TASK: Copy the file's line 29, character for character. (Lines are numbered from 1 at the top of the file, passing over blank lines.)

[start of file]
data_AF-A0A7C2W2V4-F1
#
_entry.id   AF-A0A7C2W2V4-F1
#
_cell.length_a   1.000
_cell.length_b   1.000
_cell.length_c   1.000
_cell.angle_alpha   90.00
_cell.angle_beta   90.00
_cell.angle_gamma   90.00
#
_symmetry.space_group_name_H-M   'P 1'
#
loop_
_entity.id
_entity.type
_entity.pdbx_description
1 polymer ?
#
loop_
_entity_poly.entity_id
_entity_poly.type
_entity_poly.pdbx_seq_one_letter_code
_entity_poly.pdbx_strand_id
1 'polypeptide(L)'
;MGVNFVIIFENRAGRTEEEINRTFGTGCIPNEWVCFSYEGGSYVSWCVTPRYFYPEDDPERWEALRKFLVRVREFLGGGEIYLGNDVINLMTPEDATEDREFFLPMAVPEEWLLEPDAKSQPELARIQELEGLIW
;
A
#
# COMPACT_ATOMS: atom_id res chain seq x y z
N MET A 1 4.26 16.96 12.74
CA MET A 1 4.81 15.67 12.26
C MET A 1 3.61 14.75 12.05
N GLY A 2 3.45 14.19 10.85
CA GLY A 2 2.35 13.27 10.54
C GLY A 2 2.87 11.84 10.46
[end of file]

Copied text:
#